I just re-read Jeremy Grantham's October 23rd commentary (free download from http://www.gmo.com/). He is definitely a lot more bearish about China than most people. Increasingly more economists are coming out to argue for negative surprise in Chinese growth (See Roubini - 4 Nov 2008 - The Rising Risk of a Hard Landing in China: The Two Engines of Global Growth – U.S. and China – are Now Stalling and Brad Sester - 6 Nov 2008 - How severe a slump in China?). CLSA is now calling for China GDP dropping to 5.5% in 2009 from 25.8% in 2007 and estimated 19% in 2008.

I think that it is very important to consider China's growth since it is the final piece of the puzzle in the global "recession" story and is in both the world and China's (social unrest and jobs) interest to keep double digit growth. But since there is no way that Chinese export can escape from the global slowdown, unless China can magically boost domestic demand (how about more infrastructure projects... *), we are facing a complete global recession. Just the thought of that, I need to take a deep breathe.

How do we get out of such a hole? Can some of the smaller economies pick up the slack as developed countries scramble to lower their cost and further outsource their businesses in even less-developed countries? Will the governments spend enough to stop this slowdown? Will competitive devaluation of the currencies benefit anyone in the end?

We have a lot of questions! But not a lot of answers since there are simply a lot more moving parts when global economy is intertwined with global politics and globally diversified human behaviors.

I would like to close this post with quotes from Jeremy's October article (my emphasis in bold):

Like a Bear in a China Shop

I suggested last quarter that it was ridiculous to expect great financial and economic skills from the Chinese government, which is faced with the spectacularly complicated task of maintaining the highest economic growth rate in history. “Surely they will stumble,” I said. Well, the more I think about it, the more likely it seems that this is both the most likely and most dangerous disappointment (even shock) that awaits the current consensus.

Moving back to our armchair at 56,000 feet (don’t you miss the Concorde?), an amateur economist could summarize and simplify the Chinese economy as 39-37-37: an astonishingly large 39% of the GDP is capital spending, 37% is internal consumption, and an amount equal to 37% of GDP is exported. (These numbers do not sum to 100 as we are not using exports net of imports because we are concerned with the vulnerability of total exports to a weak global economy.) The U.S., in comparison, is 19-70-13, disturbingly on the other side of normal; 70% consumption compared with 57% in both Germany and Japan, for example, and nearly twice that in China. China’s mix is of course an utterly unprecedented one, and comes with great advantages in booming times. Now, however, we might ask: how do you stimulate the building of a new steel mill when rows of mills are sitting empty? How do you increase exports into a global economy that is not just slowing, but is unexpectedly very weak? And are they good enough at stimulating local consumption to have an impact on such a small percentage of GDP in the face of a negative wealth effect from declining stock and housing prices in their local market?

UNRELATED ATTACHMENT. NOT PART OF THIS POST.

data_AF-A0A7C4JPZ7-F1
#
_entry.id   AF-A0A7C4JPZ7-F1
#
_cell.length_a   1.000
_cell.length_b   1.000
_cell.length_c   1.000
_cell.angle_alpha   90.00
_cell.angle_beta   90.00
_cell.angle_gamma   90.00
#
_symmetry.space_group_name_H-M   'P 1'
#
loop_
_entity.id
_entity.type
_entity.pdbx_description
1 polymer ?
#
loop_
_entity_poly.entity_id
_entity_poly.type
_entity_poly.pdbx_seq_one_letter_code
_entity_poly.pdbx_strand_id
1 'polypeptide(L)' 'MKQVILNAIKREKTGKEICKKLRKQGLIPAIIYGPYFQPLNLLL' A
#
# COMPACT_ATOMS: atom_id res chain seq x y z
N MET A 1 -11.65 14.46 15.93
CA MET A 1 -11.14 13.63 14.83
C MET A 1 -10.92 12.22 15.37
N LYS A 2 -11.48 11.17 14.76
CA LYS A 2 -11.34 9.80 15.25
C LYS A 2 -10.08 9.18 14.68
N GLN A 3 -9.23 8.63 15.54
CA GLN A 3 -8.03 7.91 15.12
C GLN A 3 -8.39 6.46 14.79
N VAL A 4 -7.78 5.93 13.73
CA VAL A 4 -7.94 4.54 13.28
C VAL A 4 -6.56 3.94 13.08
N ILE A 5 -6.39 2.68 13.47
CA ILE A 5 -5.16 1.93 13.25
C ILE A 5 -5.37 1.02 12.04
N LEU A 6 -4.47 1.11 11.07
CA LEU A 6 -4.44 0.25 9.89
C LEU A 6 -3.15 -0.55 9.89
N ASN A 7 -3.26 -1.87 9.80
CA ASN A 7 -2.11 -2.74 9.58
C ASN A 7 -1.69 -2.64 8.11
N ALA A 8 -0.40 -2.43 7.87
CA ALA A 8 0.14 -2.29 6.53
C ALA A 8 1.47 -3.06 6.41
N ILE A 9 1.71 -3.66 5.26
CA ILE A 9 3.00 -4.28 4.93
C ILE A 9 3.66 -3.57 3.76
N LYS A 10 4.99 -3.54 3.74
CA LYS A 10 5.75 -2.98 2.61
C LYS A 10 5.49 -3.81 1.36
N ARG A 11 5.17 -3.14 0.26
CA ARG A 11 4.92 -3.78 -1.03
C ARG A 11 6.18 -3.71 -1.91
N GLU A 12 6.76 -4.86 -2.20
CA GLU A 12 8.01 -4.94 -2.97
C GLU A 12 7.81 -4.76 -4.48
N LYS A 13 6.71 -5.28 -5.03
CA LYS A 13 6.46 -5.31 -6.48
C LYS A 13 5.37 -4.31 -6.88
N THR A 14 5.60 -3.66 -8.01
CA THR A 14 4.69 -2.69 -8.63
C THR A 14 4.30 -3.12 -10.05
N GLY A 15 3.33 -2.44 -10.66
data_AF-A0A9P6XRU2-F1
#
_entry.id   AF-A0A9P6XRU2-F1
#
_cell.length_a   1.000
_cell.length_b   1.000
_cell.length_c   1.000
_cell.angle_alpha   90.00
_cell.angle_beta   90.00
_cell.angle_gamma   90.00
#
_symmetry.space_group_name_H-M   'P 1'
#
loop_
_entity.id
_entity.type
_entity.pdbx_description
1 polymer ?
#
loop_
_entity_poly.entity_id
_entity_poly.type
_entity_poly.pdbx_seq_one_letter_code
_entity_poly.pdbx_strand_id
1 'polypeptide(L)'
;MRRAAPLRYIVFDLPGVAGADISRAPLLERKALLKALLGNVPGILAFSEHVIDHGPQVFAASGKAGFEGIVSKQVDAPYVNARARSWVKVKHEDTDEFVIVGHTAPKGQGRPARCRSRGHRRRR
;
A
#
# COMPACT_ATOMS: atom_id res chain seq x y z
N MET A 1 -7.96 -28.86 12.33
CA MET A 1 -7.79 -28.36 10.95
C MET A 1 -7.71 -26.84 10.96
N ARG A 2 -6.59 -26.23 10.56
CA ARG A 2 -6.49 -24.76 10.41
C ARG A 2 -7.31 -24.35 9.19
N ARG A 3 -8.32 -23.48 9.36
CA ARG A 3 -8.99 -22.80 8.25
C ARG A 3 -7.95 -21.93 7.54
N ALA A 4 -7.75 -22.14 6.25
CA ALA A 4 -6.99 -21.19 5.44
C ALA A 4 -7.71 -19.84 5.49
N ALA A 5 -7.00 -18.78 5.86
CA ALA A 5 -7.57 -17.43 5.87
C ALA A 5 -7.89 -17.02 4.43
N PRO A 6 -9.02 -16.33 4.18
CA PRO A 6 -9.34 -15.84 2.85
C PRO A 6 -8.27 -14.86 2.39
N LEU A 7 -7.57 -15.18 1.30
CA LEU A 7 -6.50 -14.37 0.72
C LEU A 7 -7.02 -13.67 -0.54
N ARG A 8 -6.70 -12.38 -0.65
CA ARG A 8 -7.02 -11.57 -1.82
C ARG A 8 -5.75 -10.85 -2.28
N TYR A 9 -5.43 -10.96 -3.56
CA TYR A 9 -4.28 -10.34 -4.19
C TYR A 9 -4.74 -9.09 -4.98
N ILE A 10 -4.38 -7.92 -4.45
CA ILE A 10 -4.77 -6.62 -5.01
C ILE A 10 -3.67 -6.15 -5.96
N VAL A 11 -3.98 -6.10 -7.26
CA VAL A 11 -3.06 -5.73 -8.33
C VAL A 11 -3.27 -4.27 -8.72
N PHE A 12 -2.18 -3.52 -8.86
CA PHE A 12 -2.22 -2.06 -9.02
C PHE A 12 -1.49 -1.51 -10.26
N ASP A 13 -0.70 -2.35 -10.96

Simple old “Econ 101” thinking would suggest that their capital goods sector will have a bigger drop than the rest of the economy, and that export growth rates might slow from very large to even nil or worse. The one openended offset might be in Keynesian or Rooseveltian government spending, upping their already massive infrastructure spending by A LOT. (This is a specialized economic term.) And they will surely do some of that.

On balance I find myself more and more convinced that this is becoming our #1 disagreement with consensus. If we are right, it will be a very important and distressing surprise for global growth. The good news is that this is far from the “near certainty” of our recent views on housing, profit margins, and risk premiums. At best, if right, it is an inspired insight straight from the armchair. At worst, if wrong, an ill-researched hunch.

* a side note : middle east is also facing the same problem of slowing oil exports and the challenge to boost domestic demand.


  1. RedApple // November 9, 2008 at 12:37 PM  

    Calculated Risk just posted this:
    Nov 9 2008 - WSJ: $586 Billion Stimulus Package in China.

    This is my comments on that article:

    I think that China has taken the right approach. As discussed in my recent blog post (Reflecting on Jeremy Grantham), it seems clear given the China's GDP growth mix, China can only be expected to grow through domestic stimulus. The good news is that China has large reserve and surplus to spend on the economic growth. Also remember they are spending on GROWTH while most of the other G20's are spending on bailout (ie stopping the debt bleed and not generating income).

    Clearly Chinese government is telling us through this large stimulus that it is not expected to grow with FDI but with their own cash. So yes I will agree with 'x-man' that one will expect much less buying of UST from China. In our view, combined with the fact that we are having to fund our increased budget to 1. bailout 2. stimulate the economy, the long term interest rate picture in the US is not great (see oour post: Implication of Obama Win )

  2. RedApple // November 9, 2008 at 1:13 PM  

    Brad Setser wrote about TSY buying by Reserve Manager (11 Nov 2008 - Central bank reserve managers still are running away from risk

    The question becomes with such risk aversion with the reserve manager. When will the balance tip over from buying UST to spending money for growth.

    While risk aversion prevails with the risk manager, UST is prob overbought in all aspects. TBT remains interesting.